The market may be closing in on all-time highs, but the underlying investments aren't doing so well. There were more stocks hitting new 52-week lows than 52-week highs last week, and some of the names might surprise you.
Lyft (LYFT -3.77%), CarGurus (CARG -0.11%), and Revolve Group (RVLV -0.16%) were three of the more than 470 stocks to hit their lowest levels over the past year last week. Let's take a closer look at these sinking investments to see what went wrong.
The country's second-largest ridesharing service hitting a new low on Thursday isn't a surprise. Lyft has been weak through most of the summer and early fall. The company notching a new low is notable because its larger rival narrowly escaped setting a new low point for itself last week.
Lyft's ascending popularity isn't a problem. Revenue soared 72% in its latest quarter, and the platform is gaining market share in the booming personal mobility niche. The problem for Lyft as well as the industry in particular is a lack of profitability. Lyft has amassed a nearly $2.3 billion reported deficit over the past year. The math is only marginally kinder on an adjusted basis, and analysts don't see a profit on an adjusted basis until at least 2023.
But the company isn't toast. As a result of its IPO, Lyft has more than $3.3 billion in cash and short-term investments at its disposal, and it now has easier access to raise more money in case it dreams of expanding outside of North America and into new related categories.
Helping automakers sell cars online has been one of the hardest-hit market segments, and CarGurus is feeling the pain despite being one of the niche's better performers. CarGurus is reaching 37 million average unique monthly visitors, and it seemed to check off all of the boxes with its last quarterly report in early August. Revenue and earnings topped analyst expectations, and it would go on to raise its full-year guidance for both ends of its income statement.
Some analysts remain skeptical about CarGurus' ability to grow its share of the dealer market for leads, but the company is excelling at finding new ways to cash in on the process with its peer-to-peer marketplace, overseas expansion, and striking a partnership to profit from automotive financing. There are near-term concerns about the health of the automotive industry in general, and that's something that may shrink the overall size of the pie this year and perhaps next year. CarGurus is just at the wrong place at the wrong time for growth investors.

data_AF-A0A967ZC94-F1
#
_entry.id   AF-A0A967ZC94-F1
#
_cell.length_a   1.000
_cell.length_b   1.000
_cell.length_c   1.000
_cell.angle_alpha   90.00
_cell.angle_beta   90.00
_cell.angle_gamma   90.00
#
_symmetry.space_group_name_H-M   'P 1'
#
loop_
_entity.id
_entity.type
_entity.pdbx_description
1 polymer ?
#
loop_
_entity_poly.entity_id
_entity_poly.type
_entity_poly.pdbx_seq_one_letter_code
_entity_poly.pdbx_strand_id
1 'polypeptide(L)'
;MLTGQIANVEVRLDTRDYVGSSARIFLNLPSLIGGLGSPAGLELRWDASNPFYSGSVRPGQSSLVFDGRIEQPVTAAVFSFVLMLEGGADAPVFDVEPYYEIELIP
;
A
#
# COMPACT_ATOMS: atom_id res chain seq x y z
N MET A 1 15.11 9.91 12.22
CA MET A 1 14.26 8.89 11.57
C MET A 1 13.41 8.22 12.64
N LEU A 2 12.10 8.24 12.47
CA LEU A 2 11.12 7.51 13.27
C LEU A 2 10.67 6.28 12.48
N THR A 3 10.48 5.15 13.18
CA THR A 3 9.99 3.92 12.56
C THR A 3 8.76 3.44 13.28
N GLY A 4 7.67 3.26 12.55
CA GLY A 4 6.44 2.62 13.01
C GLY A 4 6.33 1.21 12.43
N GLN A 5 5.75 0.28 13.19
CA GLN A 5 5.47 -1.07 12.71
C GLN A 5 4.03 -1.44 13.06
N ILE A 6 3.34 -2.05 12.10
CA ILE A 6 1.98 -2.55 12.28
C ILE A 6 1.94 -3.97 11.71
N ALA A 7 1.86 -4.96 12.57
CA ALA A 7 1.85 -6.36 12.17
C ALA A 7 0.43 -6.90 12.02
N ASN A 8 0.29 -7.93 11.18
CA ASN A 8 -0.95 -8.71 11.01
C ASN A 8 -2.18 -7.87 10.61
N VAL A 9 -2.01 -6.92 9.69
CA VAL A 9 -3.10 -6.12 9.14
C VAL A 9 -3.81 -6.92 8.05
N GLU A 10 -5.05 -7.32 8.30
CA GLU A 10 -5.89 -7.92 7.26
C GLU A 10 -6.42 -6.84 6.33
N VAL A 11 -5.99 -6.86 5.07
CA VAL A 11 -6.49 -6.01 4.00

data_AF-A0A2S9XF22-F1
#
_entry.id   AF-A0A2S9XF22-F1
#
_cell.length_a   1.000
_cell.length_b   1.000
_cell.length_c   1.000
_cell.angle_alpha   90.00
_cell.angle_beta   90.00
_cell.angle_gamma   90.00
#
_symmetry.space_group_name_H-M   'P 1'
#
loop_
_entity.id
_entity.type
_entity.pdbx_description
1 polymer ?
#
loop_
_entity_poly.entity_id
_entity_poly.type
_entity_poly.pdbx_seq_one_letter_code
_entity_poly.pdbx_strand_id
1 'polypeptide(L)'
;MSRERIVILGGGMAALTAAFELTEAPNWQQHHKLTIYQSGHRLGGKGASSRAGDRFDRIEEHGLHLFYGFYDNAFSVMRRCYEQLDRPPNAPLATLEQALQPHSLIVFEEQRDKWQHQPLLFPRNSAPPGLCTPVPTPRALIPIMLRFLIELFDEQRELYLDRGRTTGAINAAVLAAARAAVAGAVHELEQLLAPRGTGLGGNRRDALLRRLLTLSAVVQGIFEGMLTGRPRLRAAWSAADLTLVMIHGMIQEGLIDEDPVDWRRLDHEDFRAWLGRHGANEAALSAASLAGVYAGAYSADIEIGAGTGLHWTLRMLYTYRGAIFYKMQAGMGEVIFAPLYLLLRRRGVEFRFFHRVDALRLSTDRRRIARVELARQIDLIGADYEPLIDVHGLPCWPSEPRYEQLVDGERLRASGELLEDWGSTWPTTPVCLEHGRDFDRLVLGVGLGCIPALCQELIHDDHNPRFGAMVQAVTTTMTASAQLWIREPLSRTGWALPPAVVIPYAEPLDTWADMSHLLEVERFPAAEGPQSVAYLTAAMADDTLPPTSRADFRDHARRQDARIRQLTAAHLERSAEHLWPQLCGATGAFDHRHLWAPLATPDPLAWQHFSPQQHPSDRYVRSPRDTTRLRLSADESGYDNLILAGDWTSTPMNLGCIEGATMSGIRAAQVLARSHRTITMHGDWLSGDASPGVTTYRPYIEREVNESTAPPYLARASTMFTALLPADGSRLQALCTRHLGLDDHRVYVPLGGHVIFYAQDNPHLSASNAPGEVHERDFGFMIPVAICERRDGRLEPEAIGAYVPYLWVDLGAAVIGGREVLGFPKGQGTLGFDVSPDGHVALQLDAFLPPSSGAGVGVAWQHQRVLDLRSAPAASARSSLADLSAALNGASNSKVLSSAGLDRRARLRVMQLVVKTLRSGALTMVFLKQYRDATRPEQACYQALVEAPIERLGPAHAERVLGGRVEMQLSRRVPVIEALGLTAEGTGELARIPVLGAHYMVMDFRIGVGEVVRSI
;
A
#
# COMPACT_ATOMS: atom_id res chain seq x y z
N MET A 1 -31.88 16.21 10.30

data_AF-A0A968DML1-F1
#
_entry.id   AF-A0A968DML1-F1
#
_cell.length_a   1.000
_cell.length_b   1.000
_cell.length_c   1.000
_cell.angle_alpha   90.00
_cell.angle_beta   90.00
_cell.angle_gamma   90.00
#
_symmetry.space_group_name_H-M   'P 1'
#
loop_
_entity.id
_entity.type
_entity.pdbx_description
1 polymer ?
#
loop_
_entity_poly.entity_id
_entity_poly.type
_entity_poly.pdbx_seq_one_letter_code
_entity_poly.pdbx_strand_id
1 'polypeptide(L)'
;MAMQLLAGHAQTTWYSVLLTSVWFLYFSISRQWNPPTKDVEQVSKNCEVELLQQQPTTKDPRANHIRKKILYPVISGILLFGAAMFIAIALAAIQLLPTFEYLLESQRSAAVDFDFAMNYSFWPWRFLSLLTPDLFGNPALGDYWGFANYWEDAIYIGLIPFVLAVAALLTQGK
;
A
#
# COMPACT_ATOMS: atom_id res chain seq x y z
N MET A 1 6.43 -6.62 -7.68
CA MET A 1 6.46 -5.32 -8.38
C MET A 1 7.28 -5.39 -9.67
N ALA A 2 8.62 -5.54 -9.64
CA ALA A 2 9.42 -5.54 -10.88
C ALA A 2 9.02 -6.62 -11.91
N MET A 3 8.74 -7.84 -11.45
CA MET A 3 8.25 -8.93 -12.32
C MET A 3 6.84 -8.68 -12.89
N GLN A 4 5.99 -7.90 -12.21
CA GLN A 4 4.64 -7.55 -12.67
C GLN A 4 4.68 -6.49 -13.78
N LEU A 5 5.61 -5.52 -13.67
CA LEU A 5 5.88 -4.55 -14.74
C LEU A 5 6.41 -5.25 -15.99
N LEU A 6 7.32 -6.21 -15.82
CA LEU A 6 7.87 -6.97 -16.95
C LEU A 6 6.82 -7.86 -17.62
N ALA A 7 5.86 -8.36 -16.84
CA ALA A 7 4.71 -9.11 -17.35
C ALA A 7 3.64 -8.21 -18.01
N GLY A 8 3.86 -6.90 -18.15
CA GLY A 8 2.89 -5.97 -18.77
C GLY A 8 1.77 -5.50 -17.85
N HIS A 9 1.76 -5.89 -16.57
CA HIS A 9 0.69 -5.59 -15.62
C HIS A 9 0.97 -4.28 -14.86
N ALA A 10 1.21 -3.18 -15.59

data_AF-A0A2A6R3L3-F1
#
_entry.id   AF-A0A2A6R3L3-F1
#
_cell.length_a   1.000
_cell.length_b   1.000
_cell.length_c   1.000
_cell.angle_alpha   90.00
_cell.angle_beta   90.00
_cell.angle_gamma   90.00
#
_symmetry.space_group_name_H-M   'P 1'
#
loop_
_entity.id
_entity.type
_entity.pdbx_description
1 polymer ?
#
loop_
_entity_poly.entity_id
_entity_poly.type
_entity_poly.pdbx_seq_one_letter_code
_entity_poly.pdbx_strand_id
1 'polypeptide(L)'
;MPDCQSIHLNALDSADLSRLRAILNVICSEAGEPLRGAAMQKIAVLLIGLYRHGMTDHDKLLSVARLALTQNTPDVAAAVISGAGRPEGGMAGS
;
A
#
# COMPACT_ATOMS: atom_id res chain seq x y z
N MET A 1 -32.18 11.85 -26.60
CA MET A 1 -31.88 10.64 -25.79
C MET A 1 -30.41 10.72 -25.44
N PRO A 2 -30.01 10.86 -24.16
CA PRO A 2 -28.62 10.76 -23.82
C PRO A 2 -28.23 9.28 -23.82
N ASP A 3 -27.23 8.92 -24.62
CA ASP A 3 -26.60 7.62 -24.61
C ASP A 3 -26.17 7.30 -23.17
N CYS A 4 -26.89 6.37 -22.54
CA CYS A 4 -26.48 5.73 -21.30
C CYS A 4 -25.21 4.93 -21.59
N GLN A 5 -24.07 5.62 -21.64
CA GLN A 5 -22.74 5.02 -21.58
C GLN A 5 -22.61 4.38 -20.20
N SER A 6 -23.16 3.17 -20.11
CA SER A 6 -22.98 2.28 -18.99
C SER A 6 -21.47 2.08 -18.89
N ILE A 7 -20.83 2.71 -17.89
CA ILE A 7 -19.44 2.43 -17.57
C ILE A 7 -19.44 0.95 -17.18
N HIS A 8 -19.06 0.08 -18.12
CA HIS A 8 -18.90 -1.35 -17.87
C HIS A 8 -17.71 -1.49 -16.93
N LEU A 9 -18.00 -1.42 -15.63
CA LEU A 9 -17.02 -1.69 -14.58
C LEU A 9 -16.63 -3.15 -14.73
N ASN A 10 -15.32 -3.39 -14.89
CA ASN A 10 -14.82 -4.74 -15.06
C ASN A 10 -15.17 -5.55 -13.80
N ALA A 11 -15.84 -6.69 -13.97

It's not breaking news that investing in IPOs is risky. Swinging for the fences with debutantes is not for the weak of heart. Revolve Group thought it had the market on its side when it went public in June. The tech-savvy online apparel retailer was profitable, something that few of the dot-coms to go public this year could match. Revolve Group also came through with better-than-expected top-line results in its first financial update as a public company, as net sales rose 23% in its fiscal second quarter. It had seen its revenue rise just 21% in the first quarter, and analysts were holding out for more of the same.
Revolve Group is a unique company, one that spends on social media celebrities -- aka influencers -- who can be had as brand promoters for a lot less than movie stars or music celebrities. True to their name, influencers also have a certain amount of sway with their followers. Revolve Group is turning that into big-ticket sales from a youngish audience, but that might not be enough. Investors were turned off when the company's quarterly results also came with a larger-than-expected deficit and guidance calling for net sales to slow through the second half of the fiscal year.